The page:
BSA’s Model S was launched into a world of traditional ‘flat-tank’ motorcycles in 1927 – and caused a sensation. With a shapely saddle tank, fashionable sloping engine and low seat height, its looks began a trend which would last well into the 1930s. But the revolution was more than skin deep; its sporting overhead-valve engine featured Lucas’ new Magdyno offering reliable ignition and lighting, while the internal geared oil pump spelt the end of plungers, sight glasses and external pipework. The new Model S, quickly nicknamed the ‘Sloper’, set a new trend in design and manufacturers such as Ariel and Triumph rushed to follow. In truth, P&M, later Panther, had been making motorcycles with a forward-sloping cylinder since the turn of the century, but it was with BSA that the name ‘Sloper’ would be forever associated.
The Sloper was introduced as a top-of-the-range OHV sports machine but, for the 1929 season, BSA added a side-valve version to the range, the Model S Deluxe. While the sporting role of the OHV model was clear, the side-valve Sloper’s place in the range was less well-defined. BSA’s 1929 advertising brochure describes it as ‘Embodying the majority of the unique features of the 4.93 hp OHV model, this machine will appeal to those riders who prefer the simplicity of the side-valve engine.’ Taking no chances with a conservative public, BSA offered no fewer than four 5 hp machines with vertical and sloping, side- and over-head valve engines in the Model S range, plus two 5.57 hp versions of the side-valve machines designated Model H. The OHV Sloper was now offered with single- or twin-port cylinder heads and, for riders who preferred a smaller, lighter mount, there was the 3.49 hp Model L Two-Port Sloper – although at ₤54-15-0 without lights or horn, it cost only 15 shillings (75 pence) less than the 5 hp version!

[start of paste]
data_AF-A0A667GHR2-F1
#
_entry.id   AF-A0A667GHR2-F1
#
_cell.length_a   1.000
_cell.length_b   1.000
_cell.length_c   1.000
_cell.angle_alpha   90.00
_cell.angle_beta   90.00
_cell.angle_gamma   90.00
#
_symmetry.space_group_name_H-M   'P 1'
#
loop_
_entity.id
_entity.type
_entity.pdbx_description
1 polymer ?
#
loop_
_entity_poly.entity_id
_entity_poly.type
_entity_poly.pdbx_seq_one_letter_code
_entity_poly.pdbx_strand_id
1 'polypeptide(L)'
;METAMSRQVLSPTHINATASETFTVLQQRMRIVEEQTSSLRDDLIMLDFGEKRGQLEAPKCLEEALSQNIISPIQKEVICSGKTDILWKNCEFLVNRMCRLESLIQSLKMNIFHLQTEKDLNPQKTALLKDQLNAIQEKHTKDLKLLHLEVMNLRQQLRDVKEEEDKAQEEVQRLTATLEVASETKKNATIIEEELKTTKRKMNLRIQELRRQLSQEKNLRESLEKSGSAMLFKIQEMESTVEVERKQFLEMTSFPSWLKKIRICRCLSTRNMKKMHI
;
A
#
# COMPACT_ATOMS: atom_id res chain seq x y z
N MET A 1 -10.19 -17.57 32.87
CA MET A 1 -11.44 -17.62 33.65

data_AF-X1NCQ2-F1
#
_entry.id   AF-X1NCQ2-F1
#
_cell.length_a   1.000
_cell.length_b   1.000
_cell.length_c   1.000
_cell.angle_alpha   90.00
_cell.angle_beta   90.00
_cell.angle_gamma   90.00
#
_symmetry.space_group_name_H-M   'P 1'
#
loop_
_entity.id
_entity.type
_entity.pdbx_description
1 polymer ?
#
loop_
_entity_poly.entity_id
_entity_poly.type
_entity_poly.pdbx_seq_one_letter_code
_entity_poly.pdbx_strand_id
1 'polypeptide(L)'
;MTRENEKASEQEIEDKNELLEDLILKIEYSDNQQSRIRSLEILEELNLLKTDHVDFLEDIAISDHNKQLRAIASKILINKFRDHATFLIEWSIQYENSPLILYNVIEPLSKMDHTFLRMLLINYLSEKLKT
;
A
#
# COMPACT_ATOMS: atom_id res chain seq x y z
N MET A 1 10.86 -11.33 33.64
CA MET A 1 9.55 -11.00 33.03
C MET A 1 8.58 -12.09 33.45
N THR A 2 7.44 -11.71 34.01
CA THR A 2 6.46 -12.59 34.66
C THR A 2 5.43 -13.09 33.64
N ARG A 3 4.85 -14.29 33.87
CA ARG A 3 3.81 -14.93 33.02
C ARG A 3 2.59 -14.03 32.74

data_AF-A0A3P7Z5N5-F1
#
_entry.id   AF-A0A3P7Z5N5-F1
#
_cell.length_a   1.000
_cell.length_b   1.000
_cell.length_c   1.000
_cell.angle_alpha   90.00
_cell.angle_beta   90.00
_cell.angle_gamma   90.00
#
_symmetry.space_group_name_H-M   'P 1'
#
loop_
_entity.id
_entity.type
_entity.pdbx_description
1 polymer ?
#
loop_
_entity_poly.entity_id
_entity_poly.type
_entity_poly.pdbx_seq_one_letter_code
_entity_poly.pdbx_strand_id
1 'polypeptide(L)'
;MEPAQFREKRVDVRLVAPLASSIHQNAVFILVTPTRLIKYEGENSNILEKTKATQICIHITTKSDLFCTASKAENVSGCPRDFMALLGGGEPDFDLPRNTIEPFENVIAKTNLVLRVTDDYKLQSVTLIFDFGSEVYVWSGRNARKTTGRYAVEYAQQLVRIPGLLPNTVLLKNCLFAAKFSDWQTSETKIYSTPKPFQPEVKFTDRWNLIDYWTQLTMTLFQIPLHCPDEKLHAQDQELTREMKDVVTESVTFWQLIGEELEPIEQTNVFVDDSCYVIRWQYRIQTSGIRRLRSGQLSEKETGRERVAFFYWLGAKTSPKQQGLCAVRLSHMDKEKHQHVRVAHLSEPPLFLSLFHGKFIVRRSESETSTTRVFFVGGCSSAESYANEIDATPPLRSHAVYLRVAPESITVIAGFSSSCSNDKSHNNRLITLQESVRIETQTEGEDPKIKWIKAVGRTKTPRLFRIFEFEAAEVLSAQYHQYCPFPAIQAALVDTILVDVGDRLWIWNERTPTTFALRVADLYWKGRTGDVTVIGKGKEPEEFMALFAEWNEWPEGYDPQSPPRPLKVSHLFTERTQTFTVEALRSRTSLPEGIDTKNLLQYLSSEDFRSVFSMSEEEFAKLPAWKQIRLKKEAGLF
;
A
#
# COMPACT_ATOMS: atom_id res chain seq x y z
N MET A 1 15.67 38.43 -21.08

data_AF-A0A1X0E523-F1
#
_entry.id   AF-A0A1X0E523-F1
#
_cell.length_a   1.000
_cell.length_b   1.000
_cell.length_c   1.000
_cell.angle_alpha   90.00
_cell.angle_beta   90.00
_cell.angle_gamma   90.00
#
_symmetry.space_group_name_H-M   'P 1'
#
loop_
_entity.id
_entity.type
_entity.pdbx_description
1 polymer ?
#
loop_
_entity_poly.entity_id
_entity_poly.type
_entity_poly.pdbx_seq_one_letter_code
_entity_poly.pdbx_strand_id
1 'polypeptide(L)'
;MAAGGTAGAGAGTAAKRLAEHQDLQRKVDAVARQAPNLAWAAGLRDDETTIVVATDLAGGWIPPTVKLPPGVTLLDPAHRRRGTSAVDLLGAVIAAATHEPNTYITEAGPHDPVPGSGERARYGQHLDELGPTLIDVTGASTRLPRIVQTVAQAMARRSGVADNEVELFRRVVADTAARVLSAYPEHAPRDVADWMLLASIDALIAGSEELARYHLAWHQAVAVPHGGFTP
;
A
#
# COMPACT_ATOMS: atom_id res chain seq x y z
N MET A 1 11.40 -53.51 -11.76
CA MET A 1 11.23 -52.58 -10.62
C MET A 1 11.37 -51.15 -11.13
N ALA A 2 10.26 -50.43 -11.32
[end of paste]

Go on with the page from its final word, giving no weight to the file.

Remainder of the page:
As the 1920s became the ’30s, the Sloper’s bright nickel finish was replaced by the newly-fashionable chrome. For 1930, a new frame with an I-section forged steel backbone was introduced, while the forks gained better friction damping. A four speed gearbox was fitted for 1932 and the instruments moved to a tank-top panel, but by then Harold Briggs’ trend-setting design was showing its age. The side-valve Model S had been discontinued in 1931 and with memories of the Depression years fading, the public’s appetite for new models grew. By the mid-30s the trusty Slopers had been dropped from the BSA range.